Posts Tagged ‘Egypt’

The markets are not always rational, and in times of backlash can sometimes punish a country which may have been seen as quite strong under different circumstances.

Credit growth has been common across much of the emerging world, but in some countries while credit growth has grown rapidly it remains at modest levels. No one can be sure how markets may react once QE is ended or even reversed, and we cannot be certain whether markets will punish countries, even if total credit levels are modest.

However, some countries are more obviously more vulnerable to markets reacting against emerging market debt than others.

Egypt, which has both high government debt and a prime fiscal deficit, would appear to be susceptible, as might the Ukraine, the Czech Republic and Croatia. Hungary has gone some way to reducing its prime fiscal deficit, but government debt remains high, which means it may prove to be dangerously exposed in the event of higher interest rates.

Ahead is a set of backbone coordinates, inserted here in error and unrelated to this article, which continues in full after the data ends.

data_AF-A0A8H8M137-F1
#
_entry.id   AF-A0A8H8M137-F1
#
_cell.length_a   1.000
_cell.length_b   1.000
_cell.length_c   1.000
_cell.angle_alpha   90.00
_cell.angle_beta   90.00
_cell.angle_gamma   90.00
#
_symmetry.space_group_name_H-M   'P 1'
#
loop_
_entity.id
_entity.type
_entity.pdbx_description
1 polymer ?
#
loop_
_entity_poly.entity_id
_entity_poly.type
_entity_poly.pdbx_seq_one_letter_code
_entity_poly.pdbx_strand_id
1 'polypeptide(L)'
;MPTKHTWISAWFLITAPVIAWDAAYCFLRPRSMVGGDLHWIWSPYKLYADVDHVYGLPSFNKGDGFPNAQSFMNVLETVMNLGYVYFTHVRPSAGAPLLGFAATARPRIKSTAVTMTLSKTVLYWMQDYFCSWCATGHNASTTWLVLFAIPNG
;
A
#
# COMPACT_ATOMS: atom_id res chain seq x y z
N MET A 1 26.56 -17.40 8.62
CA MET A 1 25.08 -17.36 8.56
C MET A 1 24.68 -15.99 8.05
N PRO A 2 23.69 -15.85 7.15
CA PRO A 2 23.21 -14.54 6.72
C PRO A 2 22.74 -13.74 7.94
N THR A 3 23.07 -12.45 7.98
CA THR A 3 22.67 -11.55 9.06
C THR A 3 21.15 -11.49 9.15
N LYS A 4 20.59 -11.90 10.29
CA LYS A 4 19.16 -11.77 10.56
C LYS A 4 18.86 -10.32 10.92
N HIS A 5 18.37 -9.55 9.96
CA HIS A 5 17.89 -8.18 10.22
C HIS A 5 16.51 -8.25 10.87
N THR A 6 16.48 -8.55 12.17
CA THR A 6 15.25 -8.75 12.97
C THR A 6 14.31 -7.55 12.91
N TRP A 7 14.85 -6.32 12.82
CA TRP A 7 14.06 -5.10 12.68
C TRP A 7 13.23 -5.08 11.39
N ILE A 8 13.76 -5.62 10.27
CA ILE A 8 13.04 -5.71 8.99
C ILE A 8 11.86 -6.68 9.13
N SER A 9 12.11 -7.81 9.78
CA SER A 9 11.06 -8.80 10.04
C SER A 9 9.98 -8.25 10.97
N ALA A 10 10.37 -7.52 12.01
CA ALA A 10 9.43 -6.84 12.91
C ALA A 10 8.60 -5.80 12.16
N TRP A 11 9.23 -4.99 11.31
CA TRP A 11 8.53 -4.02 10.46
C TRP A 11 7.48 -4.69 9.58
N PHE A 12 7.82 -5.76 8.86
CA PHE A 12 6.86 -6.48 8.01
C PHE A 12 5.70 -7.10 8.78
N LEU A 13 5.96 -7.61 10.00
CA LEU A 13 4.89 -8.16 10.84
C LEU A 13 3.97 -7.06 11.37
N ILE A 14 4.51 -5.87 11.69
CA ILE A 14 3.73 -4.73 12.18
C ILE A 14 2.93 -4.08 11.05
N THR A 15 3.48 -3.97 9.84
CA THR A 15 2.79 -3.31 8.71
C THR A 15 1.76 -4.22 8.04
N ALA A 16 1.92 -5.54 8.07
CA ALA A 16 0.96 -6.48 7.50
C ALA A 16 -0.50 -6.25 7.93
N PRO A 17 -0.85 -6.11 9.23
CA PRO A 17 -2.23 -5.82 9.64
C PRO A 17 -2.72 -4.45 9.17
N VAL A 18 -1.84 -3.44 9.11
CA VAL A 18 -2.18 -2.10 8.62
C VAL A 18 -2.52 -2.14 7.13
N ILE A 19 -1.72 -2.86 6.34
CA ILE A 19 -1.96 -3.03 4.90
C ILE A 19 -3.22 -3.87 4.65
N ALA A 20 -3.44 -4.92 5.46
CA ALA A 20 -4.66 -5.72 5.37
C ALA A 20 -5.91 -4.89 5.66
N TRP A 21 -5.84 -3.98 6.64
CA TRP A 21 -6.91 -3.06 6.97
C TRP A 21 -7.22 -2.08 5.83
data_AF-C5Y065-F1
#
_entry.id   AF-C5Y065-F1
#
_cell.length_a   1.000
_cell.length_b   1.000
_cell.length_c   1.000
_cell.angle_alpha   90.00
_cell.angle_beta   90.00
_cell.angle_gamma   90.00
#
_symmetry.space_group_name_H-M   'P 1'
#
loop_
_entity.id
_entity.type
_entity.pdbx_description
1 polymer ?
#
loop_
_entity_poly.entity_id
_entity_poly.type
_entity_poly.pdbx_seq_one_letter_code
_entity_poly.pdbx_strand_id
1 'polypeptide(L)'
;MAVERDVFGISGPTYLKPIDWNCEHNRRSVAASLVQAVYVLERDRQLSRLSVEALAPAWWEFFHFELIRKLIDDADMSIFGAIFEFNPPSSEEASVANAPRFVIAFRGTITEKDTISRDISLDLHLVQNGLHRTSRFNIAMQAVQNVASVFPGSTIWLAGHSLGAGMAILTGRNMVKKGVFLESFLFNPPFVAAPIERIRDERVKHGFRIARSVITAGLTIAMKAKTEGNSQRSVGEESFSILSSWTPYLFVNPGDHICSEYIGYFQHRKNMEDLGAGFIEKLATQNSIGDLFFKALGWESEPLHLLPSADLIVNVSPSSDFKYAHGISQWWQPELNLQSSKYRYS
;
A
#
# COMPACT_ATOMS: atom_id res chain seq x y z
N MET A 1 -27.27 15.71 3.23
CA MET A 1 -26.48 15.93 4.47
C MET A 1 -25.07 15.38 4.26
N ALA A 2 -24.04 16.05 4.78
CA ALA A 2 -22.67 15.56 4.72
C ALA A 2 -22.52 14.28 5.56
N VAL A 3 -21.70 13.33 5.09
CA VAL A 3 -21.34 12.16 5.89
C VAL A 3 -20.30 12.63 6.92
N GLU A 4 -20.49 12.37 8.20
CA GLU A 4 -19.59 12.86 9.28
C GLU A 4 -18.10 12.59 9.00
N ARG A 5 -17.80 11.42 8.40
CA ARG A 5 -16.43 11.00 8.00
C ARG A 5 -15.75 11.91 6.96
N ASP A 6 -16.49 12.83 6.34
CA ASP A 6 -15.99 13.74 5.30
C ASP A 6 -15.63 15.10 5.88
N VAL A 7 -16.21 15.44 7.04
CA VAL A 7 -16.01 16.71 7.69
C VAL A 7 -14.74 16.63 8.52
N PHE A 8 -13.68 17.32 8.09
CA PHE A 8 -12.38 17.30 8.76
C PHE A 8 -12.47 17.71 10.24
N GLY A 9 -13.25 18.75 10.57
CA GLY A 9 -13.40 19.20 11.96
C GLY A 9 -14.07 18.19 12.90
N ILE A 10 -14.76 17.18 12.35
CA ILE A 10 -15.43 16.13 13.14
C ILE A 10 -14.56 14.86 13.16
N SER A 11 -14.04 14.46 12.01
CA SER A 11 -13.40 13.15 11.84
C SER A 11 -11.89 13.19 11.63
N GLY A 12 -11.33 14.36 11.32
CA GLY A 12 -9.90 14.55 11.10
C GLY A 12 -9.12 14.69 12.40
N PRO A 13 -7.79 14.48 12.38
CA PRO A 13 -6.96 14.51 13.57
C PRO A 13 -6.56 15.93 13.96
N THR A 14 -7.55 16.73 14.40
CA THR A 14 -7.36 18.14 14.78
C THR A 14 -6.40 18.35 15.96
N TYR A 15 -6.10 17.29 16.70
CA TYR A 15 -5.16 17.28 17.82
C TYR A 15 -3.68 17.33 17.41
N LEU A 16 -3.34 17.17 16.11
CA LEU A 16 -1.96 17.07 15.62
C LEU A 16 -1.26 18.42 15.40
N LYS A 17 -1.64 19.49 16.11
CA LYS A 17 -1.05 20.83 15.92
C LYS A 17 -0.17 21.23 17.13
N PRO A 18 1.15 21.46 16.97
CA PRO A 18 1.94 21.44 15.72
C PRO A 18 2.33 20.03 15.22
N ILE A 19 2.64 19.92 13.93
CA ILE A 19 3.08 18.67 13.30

Another country to watch is Turkey, although it also offers great potential. The IMF predicts that its trade deficit will be around 7.3 per cent of GDP next year. Unemployment is currently 9.4 per cent.

Turkey’s main stock market index – the Borsa Istanbul 100 – surged some 50 per cent over the 12 months to 22 May – an all-time high. In the subsequent two weeks the index lost 10 per cent. It is not clear whether the falls were down to fears over recent protests, doubts over Turkey’s current account, or merely a correction following such rapid rises.

Turkey’s gross external financing requirement (current account deficit plus debts maturing over the next 12 months) is roughly 25 per cent of GDP.

© Investment & Business News 2013